When cancer is the diagnosis, even copayments can mount into the thousands of dollars quickly exposing families to “financial toxicity,” the name given to the money burdens that often lead to bankruptcy. An opinion piece in STAT by Scott D. Ramsey, MD, the director of the Hutchinson Institute for Cancer Outcomes Research, and Veena Shankaran, MD, a medical oncologist and associate member of the institute, outline the problem and possible solutions—or at least methods of working toward possible solutions. Hutchinson recently joined with Family Reach, a not-for-profit dedicated to helping alleviate cancer’s financial toxicity, and Tufts Medical Center in launching the Financial Treatment Project, as part of the cancer moonshot.
Financial toxicity seems to be connected to outcomes, as a recent study by Hutchinson finds that cancer patients who file for bankruptcy had a 79% higher mortality rate than patients with the same cancers, but without the financial burden. The problem will only get worse, as cancer diagnoses are expected to rise nearly 75% between now and 2030. It’s systemic, say Ramsey and Shankaran, resisting the temptation to blame a particular stakeholder.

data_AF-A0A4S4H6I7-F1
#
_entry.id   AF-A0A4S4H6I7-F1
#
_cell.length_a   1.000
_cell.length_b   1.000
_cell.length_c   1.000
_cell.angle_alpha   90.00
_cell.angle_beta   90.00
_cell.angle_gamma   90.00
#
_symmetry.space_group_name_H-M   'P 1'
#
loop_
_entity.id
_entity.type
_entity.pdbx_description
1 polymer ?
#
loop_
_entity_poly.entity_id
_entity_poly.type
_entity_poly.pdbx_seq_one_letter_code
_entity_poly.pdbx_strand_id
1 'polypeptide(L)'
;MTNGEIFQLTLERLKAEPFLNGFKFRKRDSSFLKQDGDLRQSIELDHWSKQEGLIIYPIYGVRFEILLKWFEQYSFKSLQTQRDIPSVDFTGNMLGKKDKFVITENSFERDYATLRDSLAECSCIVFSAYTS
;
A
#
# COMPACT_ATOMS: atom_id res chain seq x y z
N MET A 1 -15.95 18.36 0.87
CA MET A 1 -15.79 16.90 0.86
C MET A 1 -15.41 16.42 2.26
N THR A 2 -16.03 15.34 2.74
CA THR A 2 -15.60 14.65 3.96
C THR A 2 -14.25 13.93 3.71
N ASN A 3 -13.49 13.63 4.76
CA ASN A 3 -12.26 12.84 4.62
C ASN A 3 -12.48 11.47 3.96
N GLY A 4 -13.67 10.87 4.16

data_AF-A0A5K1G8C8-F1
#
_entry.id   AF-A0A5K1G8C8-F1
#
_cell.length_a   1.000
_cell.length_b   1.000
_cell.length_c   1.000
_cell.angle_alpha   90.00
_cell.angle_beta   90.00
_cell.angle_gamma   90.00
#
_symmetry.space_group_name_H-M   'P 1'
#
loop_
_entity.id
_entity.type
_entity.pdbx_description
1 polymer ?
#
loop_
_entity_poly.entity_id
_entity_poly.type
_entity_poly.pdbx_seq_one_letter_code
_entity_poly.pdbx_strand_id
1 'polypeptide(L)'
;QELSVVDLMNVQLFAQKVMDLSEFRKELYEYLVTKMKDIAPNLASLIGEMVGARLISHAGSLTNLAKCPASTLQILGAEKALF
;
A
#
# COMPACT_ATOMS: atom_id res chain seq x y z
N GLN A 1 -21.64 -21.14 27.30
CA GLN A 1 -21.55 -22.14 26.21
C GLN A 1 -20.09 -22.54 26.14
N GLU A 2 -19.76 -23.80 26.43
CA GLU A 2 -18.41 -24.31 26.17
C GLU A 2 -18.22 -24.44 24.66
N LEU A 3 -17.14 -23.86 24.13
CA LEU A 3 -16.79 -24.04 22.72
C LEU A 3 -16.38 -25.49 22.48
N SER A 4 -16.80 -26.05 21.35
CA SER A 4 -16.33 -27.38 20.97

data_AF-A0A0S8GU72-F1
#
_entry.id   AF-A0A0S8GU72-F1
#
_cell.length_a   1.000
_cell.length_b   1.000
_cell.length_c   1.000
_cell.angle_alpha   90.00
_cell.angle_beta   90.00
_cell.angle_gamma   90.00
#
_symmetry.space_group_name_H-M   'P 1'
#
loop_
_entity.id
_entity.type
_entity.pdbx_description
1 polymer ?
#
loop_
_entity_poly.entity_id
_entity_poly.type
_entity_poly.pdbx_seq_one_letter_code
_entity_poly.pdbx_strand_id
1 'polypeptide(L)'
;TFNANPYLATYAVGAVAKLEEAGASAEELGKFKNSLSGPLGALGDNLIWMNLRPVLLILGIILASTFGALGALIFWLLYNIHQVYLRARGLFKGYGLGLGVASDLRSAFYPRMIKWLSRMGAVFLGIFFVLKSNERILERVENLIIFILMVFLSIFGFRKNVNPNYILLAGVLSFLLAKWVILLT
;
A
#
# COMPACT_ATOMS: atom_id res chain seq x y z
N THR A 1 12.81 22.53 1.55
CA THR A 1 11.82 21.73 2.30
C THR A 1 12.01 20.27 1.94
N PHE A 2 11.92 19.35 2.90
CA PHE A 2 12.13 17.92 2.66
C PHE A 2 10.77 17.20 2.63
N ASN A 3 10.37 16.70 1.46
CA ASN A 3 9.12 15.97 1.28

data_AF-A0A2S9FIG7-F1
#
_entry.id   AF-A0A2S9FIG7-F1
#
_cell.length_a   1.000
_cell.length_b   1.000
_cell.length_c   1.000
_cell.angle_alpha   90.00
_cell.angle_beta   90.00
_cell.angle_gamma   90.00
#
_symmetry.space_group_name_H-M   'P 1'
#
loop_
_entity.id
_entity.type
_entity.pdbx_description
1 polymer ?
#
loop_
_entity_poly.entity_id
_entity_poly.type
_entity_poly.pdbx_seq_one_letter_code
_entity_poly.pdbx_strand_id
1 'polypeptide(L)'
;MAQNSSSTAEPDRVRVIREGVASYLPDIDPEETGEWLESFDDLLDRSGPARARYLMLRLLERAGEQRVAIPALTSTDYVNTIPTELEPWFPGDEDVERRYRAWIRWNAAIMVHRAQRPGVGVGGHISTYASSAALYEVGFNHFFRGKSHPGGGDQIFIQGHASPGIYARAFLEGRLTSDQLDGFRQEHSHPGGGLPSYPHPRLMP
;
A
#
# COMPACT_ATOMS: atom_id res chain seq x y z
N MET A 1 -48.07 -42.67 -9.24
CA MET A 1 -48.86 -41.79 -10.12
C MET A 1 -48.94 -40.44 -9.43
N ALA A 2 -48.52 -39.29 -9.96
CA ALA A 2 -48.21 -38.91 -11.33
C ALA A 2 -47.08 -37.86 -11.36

“In reality, the problem appears to be quite complex,” they write. “Rapidly rising drug and hospital costs, relatively weak insurance coverage, uneven and inadequate sick leave policies of most employers, and the generally poor financial state of many families in the United States all contribute to the problem.”